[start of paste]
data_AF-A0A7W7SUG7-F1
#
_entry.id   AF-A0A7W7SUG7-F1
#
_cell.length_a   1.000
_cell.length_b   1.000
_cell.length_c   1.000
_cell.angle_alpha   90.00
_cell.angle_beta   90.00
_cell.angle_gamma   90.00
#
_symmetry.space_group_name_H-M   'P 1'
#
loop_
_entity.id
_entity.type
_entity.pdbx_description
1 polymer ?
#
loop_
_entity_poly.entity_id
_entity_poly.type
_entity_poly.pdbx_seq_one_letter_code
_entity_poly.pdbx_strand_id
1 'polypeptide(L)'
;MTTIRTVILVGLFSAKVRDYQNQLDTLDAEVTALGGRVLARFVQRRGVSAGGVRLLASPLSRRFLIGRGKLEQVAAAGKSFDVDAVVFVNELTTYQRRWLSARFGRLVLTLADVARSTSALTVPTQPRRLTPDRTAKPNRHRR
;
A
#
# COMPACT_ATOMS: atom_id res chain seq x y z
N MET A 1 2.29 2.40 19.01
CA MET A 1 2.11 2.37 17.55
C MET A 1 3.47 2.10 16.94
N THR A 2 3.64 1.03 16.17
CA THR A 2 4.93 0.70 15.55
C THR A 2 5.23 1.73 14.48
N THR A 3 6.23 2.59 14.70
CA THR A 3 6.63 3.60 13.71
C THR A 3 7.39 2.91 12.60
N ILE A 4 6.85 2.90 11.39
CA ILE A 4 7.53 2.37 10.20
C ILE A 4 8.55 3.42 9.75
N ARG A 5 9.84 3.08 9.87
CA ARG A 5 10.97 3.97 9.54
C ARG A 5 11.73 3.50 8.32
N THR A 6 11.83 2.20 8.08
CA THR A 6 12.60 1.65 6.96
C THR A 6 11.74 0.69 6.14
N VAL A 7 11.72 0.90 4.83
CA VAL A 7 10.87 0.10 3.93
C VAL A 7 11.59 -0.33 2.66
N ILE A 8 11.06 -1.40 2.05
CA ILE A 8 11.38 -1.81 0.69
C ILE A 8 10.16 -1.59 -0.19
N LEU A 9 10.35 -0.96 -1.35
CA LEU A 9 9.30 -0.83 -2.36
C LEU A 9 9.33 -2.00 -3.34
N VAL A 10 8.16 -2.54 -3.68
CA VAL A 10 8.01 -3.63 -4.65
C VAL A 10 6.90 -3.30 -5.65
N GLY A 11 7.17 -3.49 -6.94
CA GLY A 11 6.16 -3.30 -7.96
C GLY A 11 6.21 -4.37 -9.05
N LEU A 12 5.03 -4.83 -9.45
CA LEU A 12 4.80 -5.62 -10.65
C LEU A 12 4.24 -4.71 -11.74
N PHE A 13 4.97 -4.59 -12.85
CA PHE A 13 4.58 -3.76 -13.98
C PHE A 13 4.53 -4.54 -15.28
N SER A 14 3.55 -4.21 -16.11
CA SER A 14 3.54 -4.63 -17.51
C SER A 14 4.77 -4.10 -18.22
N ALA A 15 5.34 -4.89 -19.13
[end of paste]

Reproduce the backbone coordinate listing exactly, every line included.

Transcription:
data_AF-A0A7W7SUG7-F1
#
_entry.id   AF-A0A7W7SUG7-F1
#
_cell.length_a   1.000
_cell.length_b   1.000
_cell.length_c   1.000
_cell.angle_alpha   90.00
_cell.angle_beta   90.00
_cell.angle_gamma   90.00
#
_symmetry.space_group_name_H-M   'P 1'
#
loop_
_entity.id
_entity.type
_entity.pdbx_description
1 polymer ?
#
loop_
_entity_poly.entity_id
_entity_poly.type
_entity_poly.pdbx_seq_one_letter_code
_entity_poly.pdbx_strand_id
1 'polypeptide(L)'
;MTTIRTVILVGLFSAKVRDYQNQLDTLDAEVTALGGRVLARFVQRRGVSAGGVRLLASPLSRRFLIGRGKLEQVAAAGKSFDVDAVVFVNELTTYQRRWLSARFGRLVLTLADVARSTSALTVPTQPRRLTPDRTAKPNRHRR
;
A
#
# COMPACT_ATOMS: atom_id res chain seq x y z
N MET A 1 2.29 2.40 19.01
CA MET A 1 2.11 2.37 17.55
C MET A 1 3.47 2.10 16.94
N THR A 2 3.64 1.03 16.17
CA THR A 2 4.93 0.70 15.55
C THR A 2 5.23 1.73 14.48
N THR A 3 6.23 2.59 14.70
CA THR A 3 6.63 3.60 13.71
C THR A 3 7.39 2.91 12.60
N ILE A 4 6.85 2.90 11.39
CA ILE A 4 7.53 2.37 10.20
C ILE A 4 8.55 3.42 9.75
N ARG A 5 9.84 3.08 9.87
CA ARG A 5 10.97 3.97 9.54
C ARG A 5 11.73 3.50 8.32
N THR A 6 11.83 2.20 8.08
CA THR A 6 12.60 1.65 6.96
C THR A 6 11.74 0.69 6.14
N VAL A 7 11.72 0.90 4.83
CA VAL A 7 10.87 0.10 3.93
C VAL A 7 11.59 -0.33 2.66
N ILE A 8 11.06 -1.40 2.05
CA ILE A 8 11.38 -1.81 0.69
C ILE A 8 10.16 -1.59 -0.19
N LEU A 9 10.35 -0.96 -1.35
CA LEU A 9 9.30 -0.83 -2.36
C LEU A 9 9.33 -2.00 -3.34
N VAL A 10 8.16 -2.54 -3.68
CA VAL A 10 8.01 -3.63 -4.65
C VAL A 10 6.90 -3.30 -5.65
N GLY A 11 7.17 -3.49 -6.94
CA GLY A 11 6.16 -3.30 -7.96
C GLY A 11 6.21 -4.37 -9.05
N LEU A 12 5.03 -4.83 -9.45
CA LEU A 12 4.80 -5.62 -10.65
C LEU A 12 4.24 -4.71 -11.74
N PHE A 13 4.97 -4.59 -12.85
CA PHE A 13 4.58 -3.76 -13.98
C PHE A 13 4.53 -4.54 -15.28
N SER A 14 3.55 -4.21 -16.11
CA SER A 14 3.54 -4.63 -17.51
C SER A 14 4.77 -4.10 -18.22
N ALA A 15 5.34 -4.89 -19.13